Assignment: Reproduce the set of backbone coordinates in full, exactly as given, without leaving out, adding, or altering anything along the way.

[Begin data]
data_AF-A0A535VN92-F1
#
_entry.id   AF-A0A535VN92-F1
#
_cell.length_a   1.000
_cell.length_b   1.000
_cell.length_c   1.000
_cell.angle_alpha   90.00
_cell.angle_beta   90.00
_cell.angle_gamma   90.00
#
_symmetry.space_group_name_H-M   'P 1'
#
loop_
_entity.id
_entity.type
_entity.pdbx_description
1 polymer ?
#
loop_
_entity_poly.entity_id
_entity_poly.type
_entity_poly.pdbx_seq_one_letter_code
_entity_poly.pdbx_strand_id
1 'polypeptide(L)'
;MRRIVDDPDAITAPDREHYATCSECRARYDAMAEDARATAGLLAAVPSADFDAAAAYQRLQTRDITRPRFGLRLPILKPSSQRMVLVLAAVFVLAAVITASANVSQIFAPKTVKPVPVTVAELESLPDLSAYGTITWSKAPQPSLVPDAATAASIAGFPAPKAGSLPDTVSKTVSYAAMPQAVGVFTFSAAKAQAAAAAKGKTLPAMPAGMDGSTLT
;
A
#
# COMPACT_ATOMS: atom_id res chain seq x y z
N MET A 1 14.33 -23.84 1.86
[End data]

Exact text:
data_AF-A0A535VN92-F1
#
_entry.id   AF-A0A535VN92-F1
#
_cell.length_a   1.000
_cell.length_b   1.000
_cell.length_c   1.000
_cell.angle_alpha   90.00
_cell.angle_beta   90.00
_cell.angle_gamma   90.00
#
_symmetry.space_group_name_H-M   'P 1'
#
loop_
_entity.id
_entity.type
_entity.pdbx_description
1 polymer ?
#
loop_
_entity_poly.entity_id
_entity_poly.type
_entity_poly.pdbx_seq_one_letter_code
_entity_poly.pdbx_strand_id
1 'polypeptide(L)'
;MRRIVDDPDAITAPDREHYATCSECRARYDAMAEDARATAGLLAAVPSADFDAAAAYQRLQTRDITRPRFGLRLPILKPSSQRMVLVLAAVFVLAAVITASANVSQIFAPKTVKPVPVTVAELESLPDLSAYGTITWSKAPQPSLVPDAATAASIAGFPAPKAGSLPDTVSKTVSYAAMPQAVGVFTFSAAKAQAAAAAKGKTLPAMPAGMDGSTLT
;
A
#
# COMPACT_ATOMS: atom_id res chain seq x y z
N MET A 1 14.33 -23.84 1.86